Picks and Pans Review: Great Performances: Wagner

updated 10/27/1986 AT 01:00 AM EST

originally published 10/27/1986 AT 01:00 AM EST

PBS (Fri., Oct. 24, 9 p.m. ET)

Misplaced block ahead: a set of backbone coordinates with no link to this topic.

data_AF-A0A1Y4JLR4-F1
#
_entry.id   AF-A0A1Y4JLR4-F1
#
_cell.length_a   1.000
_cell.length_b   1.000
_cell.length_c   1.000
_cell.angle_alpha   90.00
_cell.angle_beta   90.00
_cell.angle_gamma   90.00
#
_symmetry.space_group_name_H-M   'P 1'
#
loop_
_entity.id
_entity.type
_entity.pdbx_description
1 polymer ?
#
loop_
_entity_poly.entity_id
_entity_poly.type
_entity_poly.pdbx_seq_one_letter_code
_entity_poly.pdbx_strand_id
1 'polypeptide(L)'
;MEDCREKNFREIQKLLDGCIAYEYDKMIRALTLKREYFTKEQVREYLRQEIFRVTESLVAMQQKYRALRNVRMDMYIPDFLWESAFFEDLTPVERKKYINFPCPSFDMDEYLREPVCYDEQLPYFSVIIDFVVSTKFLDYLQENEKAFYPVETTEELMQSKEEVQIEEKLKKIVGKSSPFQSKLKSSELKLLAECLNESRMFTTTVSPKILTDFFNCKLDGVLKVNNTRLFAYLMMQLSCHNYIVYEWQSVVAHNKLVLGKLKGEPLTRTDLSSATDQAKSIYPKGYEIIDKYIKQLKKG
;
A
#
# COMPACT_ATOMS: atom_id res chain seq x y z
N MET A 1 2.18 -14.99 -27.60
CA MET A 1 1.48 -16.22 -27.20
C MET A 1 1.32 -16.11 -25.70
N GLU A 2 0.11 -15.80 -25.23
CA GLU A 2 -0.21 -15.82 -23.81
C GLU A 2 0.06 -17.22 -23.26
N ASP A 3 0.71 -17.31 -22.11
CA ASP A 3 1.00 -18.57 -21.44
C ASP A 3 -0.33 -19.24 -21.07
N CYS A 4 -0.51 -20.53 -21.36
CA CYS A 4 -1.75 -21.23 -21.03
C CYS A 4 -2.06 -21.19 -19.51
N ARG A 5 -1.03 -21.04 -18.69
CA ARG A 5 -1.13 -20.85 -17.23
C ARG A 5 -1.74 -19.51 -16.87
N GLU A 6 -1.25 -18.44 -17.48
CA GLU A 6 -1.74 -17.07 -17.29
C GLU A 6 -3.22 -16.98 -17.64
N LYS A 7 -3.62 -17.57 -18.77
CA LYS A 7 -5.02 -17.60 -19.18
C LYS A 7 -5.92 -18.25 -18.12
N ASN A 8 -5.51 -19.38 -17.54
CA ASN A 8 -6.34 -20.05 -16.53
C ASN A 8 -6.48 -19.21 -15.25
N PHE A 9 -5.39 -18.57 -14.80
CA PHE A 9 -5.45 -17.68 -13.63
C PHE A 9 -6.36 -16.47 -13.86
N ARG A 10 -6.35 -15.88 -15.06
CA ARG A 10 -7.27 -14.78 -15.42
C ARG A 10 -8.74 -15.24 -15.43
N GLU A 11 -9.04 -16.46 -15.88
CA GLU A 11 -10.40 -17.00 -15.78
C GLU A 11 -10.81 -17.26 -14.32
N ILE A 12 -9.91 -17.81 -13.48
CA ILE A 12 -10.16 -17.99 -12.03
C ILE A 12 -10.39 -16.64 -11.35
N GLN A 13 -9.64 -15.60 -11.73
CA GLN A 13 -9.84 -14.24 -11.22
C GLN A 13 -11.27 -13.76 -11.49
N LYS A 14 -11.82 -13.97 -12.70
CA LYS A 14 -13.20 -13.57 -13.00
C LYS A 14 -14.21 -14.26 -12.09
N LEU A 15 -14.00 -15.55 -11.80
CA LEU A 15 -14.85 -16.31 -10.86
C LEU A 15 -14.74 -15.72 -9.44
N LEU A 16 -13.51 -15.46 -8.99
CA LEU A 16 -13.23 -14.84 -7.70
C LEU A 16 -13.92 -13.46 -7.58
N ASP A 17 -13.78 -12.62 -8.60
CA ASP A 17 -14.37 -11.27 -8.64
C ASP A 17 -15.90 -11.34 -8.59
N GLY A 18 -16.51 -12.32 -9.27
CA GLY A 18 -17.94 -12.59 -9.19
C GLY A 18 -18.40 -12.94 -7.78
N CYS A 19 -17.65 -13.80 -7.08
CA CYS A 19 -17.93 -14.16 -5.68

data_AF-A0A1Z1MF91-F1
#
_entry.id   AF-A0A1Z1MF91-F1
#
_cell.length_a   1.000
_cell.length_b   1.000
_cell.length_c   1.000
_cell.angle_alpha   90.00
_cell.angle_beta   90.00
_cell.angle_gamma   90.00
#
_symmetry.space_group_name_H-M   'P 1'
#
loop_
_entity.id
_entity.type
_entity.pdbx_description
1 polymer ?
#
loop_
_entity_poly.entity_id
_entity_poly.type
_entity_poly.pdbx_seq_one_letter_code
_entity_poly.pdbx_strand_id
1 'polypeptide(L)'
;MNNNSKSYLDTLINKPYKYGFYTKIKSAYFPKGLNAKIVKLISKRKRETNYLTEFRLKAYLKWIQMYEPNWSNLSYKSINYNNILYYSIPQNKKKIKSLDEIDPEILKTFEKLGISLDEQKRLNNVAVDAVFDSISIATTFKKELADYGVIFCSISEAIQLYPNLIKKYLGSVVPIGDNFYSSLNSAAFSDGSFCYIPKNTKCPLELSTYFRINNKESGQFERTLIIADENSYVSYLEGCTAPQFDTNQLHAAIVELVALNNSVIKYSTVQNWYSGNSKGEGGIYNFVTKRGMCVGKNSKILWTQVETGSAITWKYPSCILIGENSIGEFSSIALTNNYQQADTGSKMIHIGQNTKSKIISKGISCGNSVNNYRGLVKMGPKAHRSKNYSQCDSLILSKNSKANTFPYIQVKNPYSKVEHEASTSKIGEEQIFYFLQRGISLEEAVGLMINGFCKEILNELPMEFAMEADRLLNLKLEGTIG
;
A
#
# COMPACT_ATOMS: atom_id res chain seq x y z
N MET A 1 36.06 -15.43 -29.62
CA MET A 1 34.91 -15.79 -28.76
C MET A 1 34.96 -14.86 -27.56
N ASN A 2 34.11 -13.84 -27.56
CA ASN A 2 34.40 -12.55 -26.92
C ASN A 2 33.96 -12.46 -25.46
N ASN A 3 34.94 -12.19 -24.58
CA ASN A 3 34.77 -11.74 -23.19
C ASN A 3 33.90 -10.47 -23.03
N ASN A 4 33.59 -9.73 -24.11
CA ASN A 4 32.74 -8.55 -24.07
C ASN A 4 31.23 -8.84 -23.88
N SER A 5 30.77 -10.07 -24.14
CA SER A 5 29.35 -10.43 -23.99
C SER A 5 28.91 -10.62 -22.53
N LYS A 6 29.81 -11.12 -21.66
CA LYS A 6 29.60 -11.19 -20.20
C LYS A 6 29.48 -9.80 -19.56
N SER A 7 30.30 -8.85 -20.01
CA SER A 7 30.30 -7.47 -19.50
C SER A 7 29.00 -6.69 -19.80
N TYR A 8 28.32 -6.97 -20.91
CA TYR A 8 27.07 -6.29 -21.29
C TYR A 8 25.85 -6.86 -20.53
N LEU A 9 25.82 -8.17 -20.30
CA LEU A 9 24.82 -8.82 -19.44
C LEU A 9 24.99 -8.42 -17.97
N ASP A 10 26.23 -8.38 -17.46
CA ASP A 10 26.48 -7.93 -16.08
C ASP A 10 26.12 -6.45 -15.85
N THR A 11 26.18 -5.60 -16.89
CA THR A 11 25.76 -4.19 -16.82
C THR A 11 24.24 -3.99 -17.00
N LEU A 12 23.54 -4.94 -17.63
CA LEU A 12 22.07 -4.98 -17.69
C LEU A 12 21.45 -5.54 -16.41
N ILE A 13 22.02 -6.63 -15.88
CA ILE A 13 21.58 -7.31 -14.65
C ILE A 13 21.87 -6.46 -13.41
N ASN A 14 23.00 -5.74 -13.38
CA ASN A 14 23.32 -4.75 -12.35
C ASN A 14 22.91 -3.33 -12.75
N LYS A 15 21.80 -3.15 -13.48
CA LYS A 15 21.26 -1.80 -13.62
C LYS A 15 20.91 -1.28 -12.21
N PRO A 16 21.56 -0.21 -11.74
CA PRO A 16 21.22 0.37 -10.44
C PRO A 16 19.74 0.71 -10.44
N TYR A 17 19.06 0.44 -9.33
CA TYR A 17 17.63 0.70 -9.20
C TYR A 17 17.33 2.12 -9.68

With credits like these, it would seem you can't go wrong: The show stars Richard Burton, Vanessa Redgrave, Marthe Keller and the three Sirs—Laurence Olivier, Ralph Richardson and John Gielgud. And it was filmed by cinematographer Vittorio Storaro, who won Oscars for the revolutionary Apocalypse Now and Reds. But Wagner, made in 1982, ended up nine hours long—not the sort of flick to play in the local cineplex. So it was cut to a five-hour mini for British TV. Now it's been cut again, to four hours and four nights, for PBS, with narration to replace missing scenes and explain what's going on. The result is like nothing I've ever seen: half straightforward documentary, half startling drama. Burton, in one of his many "last" roles, makes a spectacular Richard Wagner, portraying opera's mad genius as an articulate, political and dangerous Bill Buckley of his age; as a dandy who wears coats Liberace would die for; as a shameless cad who takes money from a rich man, has an affair with the man's wife ("I think we should share her," Wagner says) and then asks the man for yet more money. Wagner displays even more gall by having another affair, this one with Vanessa Redgrave as the daughter of one friend (composer Franz Liszt) and the wife of another. In the huge, dark shadow cast by Burton's Wagner, it's hard for the rest of the cast to sparkle. I've never seen Redgrave sink into the background like this. But thank goodness Burton doesn't stop the three Sirs from engaging in some wonderfully genteel scene stealing. The writing is elegant and the cinematography stunning in every frame. And there's humor: Some people in Wagner do what I do at the sound of opera—yawn and snooze. But it doesn't matter whether you like Wagner the composer or hate Wagner the man; Wagner the miniseries is still spellbinding. I suspect I should be grateful to the "editors who cut Wagner down to size; much of the snipped film was no doubt ponderous and hard to follow. But these four hours were so enthralling I'm curious to see the other five. Whenever a show leaves you wanting more, that's a good sign.

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